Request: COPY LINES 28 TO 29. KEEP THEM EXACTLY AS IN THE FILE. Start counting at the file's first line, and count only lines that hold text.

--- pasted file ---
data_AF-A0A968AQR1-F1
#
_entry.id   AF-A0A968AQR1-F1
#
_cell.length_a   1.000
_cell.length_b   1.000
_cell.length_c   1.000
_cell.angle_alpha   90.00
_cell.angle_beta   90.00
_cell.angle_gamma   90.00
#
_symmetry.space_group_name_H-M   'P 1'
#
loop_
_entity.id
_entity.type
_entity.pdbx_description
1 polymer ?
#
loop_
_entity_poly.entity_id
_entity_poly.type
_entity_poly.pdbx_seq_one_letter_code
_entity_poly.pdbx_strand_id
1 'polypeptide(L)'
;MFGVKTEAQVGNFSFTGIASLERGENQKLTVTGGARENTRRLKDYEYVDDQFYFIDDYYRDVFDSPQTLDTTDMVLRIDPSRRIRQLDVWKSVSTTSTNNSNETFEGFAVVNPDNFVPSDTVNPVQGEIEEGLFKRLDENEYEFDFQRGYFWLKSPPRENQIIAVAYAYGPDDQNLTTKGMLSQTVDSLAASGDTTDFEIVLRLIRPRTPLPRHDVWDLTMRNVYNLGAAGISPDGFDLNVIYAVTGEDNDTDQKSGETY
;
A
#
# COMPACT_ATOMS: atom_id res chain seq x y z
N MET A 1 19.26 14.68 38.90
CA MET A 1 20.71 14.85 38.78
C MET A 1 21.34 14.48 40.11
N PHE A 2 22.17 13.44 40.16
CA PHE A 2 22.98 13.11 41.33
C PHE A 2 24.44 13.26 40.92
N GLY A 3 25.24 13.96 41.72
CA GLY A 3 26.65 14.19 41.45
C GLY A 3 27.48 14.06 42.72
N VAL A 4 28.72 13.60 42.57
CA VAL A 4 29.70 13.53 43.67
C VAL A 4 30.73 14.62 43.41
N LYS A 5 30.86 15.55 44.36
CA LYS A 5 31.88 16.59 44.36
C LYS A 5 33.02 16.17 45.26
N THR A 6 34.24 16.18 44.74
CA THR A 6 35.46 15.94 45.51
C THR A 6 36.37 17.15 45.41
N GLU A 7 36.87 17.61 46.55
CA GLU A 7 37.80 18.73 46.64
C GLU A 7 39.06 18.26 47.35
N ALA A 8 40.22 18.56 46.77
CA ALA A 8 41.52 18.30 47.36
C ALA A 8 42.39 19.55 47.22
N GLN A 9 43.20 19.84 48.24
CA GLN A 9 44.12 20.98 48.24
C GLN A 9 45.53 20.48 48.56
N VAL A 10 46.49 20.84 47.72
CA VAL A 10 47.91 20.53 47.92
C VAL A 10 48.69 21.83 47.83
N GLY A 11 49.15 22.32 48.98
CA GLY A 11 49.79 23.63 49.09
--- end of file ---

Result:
A
#